The Soviet army was in generally poor condition when the war started, but the troops of the airborne and air assault units were better trained and equipped. As a result they developed aggressive, sometimes effective tactics against an enemy that refused to behave the way most Soviet commanders wished him to.

Featuring specially commissioned artwork, this absorbing study examines the origins, combat role and battlefield performance of the Soviet Union's paratroopers and their Mujahideen adversaries during the long and bloody Soviet involvement in Afghanistan during the 1980s.


Shrewsbury 1403

Shrewsbury 1403

The battle of Shrewsbury in 1403 is one of the most important battles in English history. King Henry IV faced his erstwhile ally Henry Percy Earl of Northumberland in a bloody contest on a field outside the Shropshire town of Shrewsbury where two English armies, well-matched, and fighting with similar equipment and tactics, struggled in an archery duel in which the arrows ‘fell like leaves in Autumn', before the battle was ultimately decided in close quarter hand-to-hand combat. With his victory, Henry IV secured the Lancastrian hold on the kingdom and demonstrated the right of his bloodline to the throne.

Using full colour artwork and specially commissioned battlefield maps and illustrations, this is the fascinating story of the battle without which the reign of Henry V, his wars and glorious victories against the French, and the later disastrous reign of Henry VI and subsequent Wars of the Roses could not have happened.


USN Battleship vs IJN Battleship

USN Battleship vs IJN Battleship

In the build-up to World War II both the United States and Japan believed their battleships would play a central role in battle, but after the Pacific War began in December 1941, the role of the battleship proved to be much more limited than either side expected. There would be only two battleship vs battleship actions in the Pacific in World War II, both of which are assessed in this engaging study. At Guadalcanal in 1942, Kirishima faced two modern US battleships, USS Washington and USS South Dakota. In the Surigao Strait in 1944, two World War I-era Japanese battleships, Yamashiro and Fuso, faced six American battleships supported by four heavy cruisers in history's last-ever clash between battleships.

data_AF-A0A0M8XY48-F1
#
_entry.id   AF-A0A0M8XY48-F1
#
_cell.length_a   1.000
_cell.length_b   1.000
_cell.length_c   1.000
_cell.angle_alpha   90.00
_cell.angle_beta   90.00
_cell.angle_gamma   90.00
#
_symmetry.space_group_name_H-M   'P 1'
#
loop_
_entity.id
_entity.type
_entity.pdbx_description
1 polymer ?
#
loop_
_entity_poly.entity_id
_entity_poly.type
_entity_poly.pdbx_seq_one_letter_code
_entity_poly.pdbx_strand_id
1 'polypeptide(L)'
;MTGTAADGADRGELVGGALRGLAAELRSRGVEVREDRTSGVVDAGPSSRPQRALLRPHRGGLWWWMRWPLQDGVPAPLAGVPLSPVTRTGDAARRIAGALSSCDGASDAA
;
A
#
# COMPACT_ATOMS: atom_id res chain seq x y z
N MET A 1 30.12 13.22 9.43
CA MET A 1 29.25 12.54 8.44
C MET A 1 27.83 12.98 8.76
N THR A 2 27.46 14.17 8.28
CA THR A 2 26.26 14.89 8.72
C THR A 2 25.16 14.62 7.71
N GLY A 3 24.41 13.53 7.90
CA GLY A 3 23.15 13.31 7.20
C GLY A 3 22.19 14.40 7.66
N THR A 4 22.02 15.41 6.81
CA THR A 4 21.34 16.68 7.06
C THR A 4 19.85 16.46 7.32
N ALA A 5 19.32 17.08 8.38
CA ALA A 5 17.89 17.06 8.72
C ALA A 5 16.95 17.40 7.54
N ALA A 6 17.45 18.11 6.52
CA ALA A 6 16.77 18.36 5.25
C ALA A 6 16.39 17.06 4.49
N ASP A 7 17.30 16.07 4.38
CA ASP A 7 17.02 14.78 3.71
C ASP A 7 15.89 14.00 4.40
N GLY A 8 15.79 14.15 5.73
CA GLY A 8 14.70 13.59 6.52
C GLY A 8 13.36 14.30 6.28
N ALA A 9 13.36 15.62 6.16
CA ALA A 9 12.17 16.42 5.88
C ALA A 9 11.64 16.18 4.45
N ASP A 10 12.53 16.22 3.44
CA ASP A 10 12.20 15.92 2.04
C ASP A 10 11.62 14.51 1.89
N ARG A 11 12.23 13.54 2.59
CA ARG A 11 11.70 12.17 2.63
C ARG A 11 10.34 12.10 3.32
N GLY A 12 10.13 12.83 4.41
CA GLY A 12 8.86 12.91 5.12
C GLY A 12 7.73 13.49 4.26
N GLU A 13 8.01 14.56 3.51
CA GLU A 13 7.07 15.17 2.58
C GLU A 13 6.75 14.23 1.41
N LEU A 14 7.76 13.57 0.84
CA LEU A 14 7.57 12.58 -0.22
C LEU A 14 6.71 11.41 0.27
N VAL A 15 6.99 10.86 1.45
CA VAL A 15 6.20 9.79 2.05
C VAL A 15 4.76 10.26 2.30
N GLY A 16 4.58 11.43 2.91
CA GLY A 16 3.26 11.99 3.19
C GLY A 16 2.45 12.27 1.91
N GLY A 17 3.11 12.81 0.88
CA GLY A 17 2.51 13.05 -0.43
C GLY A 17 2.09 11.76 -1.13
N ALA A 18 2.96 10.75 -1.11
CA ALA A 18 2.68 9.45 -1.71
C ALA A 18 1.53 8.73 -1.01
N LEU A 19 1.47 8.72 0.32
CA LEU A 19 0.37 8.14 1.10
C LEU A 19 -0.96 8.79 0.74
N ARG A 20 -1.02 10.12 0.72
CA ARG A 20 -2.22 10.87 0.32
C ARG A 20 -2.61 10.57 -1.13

Employing full-colour artwork, carefully selected archive photographs, and expert analysis, former US Navy Commander Mark E. Stille examines the two head-to-head clashes between the battleships deployed by the United States and Japan in the struggle for control of the Pacific during World War II.


The Cavalry Lance

The Cavalry Lance

The development of cavalry firearms and the widespread disappearance of armour from the European battlefield saw a decline in the use of the cavalry lance in early modern warfare. However, by 1800 the lance, much changed from its medieval predecessors in both form and function, was back.

During the next century the use of the lance spread to the armed forces of almost every Western country, seeing action in every major conflict from the Napoleonic Wars to World War I including the Crimean and Franco-Prussian wars and across the Atlantic in the American Civil War. The lance even reached the colonial conflicts of the Anglo-Sikh and Boer wars. It was not until the disappearance of the mounted warrior from the battlefield that the lance was consigned to history.